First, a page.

5 Things You need to Know about Mauritian Creole Language

5 Things You need to Know about Mauritian Creole Language

90% of the population of Mauritius speaks the Mauritian Creole language. Have you heard of this language before? Let’s tell you five interesting things about this language.

It is strange but true that Mauritius has no official language. Mauritius’s Constitution states, “The official language of Mauritius shall be English, but any member may address the chair in French.” This implies that both English and French are the official languages of Mauritius. However, 90% of the population of Mauritius speaks Mauritian Creole, which is French-based Creole.

What is Mauritian Creole?

Creole is a language that has developed by mixing different languages. Creole is usually formed when people from distinct languages come together and start speaking a common language which also becomes the native language of that place.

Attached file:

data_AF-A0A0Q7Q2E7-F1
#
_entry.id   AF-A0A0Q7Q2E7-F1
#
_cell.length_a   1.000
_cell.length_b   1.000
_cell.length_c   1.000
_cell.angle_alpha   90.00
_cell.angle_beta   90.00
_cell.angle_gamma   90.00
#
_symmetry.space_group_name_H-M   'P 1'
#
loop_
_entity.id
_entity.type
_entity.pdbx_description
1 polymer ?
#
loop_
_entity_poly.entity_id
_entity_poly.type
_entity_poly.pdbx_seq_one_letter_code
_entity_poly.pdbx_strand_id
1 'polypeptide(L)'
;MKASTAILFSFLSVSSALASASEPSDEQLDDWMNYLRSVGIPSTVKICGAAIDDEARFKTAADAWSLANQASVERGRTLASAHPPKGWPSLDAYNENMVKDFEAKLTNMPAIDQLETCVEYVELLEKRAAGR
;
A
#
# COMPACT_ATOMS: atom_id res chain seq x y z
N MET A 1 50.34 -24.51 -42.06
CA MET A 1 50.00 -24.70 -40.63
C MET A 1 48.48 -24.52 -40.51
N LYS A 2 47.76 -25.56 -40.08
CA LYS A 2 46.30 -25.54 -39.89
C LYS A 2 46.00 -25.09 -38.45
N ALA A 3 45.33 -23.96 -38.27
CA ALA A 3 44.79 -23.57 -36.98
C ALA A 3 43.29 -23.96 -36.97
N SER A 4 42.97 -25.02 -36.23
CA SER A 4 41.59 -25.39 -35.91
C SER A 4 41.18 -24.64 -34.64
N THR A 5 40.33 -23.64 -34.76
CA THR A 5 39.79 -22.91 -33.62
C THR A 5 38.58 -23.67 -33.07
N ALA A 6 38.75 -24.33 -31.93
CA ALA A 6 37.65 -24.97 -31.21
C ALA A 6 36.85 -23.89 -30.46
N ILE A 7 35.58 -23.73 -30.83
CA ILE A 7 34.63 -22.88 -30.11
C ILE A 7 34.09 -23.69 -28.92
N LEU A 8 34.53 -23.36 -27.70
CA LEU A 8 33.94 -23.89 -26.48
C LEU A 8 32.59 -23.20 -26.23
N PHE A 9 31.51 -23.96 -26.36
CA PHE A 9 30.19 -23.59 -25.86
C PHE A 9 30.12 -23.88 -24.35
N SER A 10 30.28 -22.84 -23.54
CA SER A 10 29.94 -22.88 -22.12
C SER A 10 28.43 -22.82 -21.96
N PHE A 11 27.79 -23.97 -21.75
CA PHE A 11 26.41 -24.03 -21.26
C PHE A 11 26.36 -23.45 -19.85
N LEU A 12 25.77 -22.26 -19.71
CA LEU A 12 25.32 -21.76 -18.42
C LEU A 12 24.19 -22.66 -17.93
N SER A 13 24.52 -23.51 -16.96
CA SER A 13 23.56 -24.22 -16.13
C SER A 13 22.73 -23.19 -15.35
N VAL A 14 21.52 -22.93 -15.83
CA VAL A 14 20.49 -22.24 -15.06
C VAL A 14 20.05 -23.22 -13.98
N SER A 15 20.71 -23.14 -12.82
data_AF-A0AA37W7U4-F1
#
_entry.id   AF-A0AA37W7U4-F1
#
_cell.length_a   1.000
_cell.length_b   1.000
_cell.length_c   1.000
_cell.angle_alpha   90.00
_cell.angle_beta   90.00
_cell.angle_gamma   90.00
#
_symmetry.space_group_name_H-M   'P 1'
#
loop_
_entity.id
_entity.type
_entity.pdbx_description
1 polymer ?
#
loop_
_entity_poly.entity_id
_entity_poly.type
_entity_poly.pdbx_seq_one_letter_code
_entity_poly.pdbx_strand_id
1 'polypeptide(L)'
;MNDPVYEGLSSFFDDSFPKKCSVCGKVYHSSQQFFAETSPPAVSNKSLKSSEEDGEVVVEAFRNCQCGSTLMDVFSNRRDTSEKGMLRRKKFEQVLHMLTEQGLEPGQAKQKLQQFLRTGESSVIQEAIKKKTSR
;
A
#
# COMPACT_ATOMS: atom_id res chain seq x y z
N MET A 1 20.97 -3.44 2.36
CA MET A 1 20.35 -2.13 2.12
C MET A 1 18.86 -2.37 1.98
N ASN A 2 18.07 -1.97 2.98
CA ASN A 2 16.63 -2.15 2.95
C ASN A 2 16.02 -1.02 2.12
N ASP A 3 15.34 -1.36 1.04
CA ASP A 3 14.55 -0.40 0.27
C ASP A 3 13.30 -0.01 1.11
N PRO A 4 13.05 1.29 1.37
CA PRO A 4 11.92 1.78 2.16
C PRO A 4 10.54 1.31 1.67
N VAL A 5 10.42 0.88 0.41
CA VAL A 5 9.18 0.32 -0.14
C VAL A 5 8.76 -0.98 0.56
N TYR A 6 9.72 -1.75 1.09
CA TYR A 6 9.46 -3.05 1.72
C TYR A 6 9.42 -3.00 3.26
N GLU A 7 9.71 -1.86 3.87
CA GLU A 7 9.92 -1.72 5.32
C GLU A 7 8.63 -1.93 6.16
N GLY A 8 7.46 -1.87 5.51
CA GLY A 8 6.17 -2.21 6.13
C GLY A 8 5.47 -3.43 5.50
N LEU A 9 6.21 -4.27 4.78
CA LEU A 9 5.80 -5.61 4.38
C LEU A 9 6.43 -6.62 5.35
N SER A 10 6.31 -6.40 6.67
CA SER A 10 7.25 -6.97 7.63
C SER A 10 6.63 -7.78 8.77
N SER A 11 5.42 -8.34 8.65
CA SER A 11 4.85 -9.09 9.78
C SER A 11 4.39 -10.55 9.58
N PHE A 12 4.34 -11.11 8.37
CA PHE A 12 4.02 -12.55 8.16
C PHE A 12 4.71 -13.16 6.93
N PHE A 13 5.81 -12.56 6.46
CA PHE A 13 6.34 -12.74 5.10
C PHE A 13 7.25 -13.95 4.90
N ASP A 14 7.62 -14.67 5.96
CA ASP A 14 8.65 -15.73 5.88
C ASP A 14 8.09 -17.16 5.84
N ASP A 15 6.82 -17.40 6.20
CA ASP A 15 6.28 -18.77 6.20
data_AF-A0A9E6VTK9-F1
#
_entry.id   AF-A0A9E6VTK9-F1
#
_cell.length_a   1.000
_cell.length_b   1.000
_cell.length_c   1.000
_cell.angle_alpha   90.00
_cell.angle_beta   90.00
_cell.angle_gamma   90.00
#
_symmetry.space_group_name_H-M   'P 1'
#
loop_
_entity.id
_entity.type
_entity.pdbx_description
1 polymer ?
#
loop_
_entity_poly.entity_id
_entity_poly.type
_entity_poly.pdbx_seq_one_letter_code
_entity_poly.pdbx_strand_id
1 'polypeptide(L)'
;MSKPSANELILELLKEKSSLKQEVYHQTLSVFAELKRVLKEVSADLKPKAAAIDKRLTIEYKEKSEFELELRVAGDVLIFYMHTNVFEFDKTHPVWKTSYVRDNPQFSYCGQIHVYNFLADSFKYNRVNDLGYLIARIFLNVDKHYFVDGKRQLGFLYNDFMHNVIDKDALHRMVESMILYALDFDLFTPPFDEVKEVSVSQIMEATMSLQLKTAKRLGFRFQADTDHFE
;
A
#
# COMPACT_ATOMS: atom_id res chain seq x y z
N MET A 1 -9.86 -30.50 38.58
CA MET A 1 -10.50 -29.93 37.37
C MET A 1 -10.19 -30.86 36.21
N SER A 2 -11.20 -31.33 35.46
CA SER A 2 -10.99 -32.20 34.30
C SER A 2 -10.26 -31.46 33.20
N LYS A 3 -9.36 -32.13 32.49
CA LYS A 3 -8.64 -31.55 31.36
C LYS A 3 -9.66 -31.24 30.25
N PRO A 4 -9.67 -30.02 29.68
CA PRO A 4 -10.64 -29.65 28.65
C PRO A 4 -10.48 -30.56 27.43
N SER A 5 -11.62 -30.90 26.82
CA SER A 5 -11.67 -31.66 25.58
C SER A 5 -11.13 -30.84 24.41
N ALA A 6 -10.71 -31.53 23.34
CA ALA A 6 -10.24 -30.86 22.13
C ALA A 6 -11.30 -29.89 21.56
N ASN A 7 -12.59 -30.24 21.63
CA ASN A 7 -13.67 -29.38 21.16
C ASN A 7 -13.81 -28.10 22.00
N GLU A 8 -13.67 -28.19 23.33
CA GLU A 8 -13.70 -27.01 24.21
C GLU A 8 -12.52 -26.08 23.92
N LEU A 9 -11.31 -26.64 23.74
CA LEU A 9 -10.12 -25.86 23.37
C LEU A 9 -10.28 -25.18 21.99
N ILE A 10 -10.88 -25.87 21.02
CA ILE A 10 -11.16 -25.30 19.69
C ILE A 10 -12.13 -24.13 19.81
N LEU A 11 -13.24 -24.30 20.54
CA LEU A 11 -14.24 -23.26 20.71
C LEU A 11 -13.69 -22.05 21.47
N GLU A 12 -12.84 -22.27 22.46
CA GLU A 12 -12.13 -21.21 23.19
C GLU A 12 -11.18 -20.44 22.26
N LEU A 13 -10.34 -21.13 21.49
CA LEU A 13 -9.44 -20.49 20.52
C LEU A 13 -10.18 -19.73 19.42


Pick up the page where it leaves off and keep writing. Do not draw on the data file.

In the case of Mauritian Creole, it was founded by the convergence of French with different African languages, also including the elements of English, Hindi, and Chinese.

Five things you should know about the Mauritian Creole language before visiting Mauritius:

1. Widely Spoken Language of Mauritius

People in Mauritius speak Creole mostly and easily. In day-to-day life, most of the population of Mauritius speaks Creole. However, for official purposes, they prefer French or English. Students who are privileged to go to private schools are good at speaking French and English. Professionals like doctors or lawyers talk entirely in English. Also, people at restaurants or stores can speak good English.

The second most spoken language of Mauritius is, however, French. As Mauritian Creole is French-based, people who know Creole also understand French a bit. Mauritius is a country of immigrants. Therefore, you will also hear people speaking other languages, that is, their native languages. Languages like Hindi, Tamil, Urdu, Bhojpuri, Malayalam, Marathi, etc., are also spoken in Mauritius by many people.

If you know French, you will not face many problems understanding Mauritian Creole. You can also have a good time there if you know only English.